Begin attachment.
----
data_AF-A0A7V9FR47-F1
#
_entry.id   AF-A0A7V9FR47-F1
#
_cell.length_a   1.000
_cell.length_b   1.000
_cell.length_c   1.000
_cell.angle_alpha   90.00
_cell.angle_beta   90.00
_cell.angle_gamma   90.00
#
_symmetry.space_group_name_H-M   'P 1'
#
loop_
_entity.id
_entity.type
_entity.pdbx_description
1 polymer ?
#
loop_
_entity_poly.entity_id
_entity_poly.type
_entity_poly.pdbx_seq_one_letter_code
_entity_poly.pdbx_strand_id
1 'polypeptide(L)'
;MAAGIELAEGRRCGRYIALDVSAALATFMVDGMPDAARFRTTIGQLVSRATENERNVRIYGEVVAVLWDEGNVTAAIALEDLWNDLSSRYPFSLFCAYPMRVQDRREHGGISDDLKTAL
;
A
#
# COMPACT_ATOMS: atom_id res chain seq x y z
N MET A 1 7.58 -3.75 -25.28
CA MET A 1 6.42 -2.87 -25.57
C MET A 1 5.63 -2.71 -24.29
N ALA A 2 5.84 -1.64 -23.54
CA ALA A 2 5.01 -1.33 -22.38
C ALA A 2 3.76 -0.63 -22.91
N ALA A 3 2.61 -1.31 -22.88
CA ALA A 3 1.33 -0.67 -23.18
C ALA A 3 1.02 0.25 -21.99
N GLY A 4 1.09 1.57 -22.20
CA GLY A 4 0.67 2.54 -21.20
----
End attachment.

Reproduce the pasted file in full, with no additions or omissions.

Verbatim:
data_AF-A0A7V9FR47-F1
#
_entry.id   AF-A0A7V9FR47-F1
#
_cell.length_a   1.000
_cell.length_b   1.000
_cell.length_c   1.000
_cell.angle_alpha   90.00
_cell.angle_beta   90.00
_cell.angle_gamma   90.00
#
_symmetry.space_group_name_H-M   'P 1'
#
loop_
_entity.id
_entity.type
_entity.pdbx_description
1 polymer ?
#
loop_
_entity_poly.entity_id
_entity_poly.type
_entity_poly.pdbx_seq_one_letter_code
_entity_poly.pdbx_strand_id
1 'polypeptide(L)'
;MAAGIELAEGRRCGRYIALDVSAALATFMVDGMPDAARFRTTIGQLVSRATENERNVRIYGEVVAVLWDEGNVTAAIALEDLWNDLSSRYPFSLFCAYPMRVQDRREHGGISDDLKTAL
;
A
#
# COMPACT_ATOMS: atom_id res chain seq x y z
N MET A 1 7.58 -3.75 -25.28
CA MET A 1 6.42 -2.87 -25.57
C MET A 1 5.63 -2.71 -24.29
N ALA A 2 5.84 -1.64 -23.54
CA ALA A 2 5.01 -1.33 -22.38
C ALA A 2 3.76 -0.63 -22.91
N ALA A 3 2.61 -1.31 -22.88
CA ALA A 3 1.33 -0.67 -23.18
C ALA A 3 1.02 0.25 -21.99
N GLY A 4 1.09 1.57 -22.20
CA GLY A 4 0.67 2.54 -21.20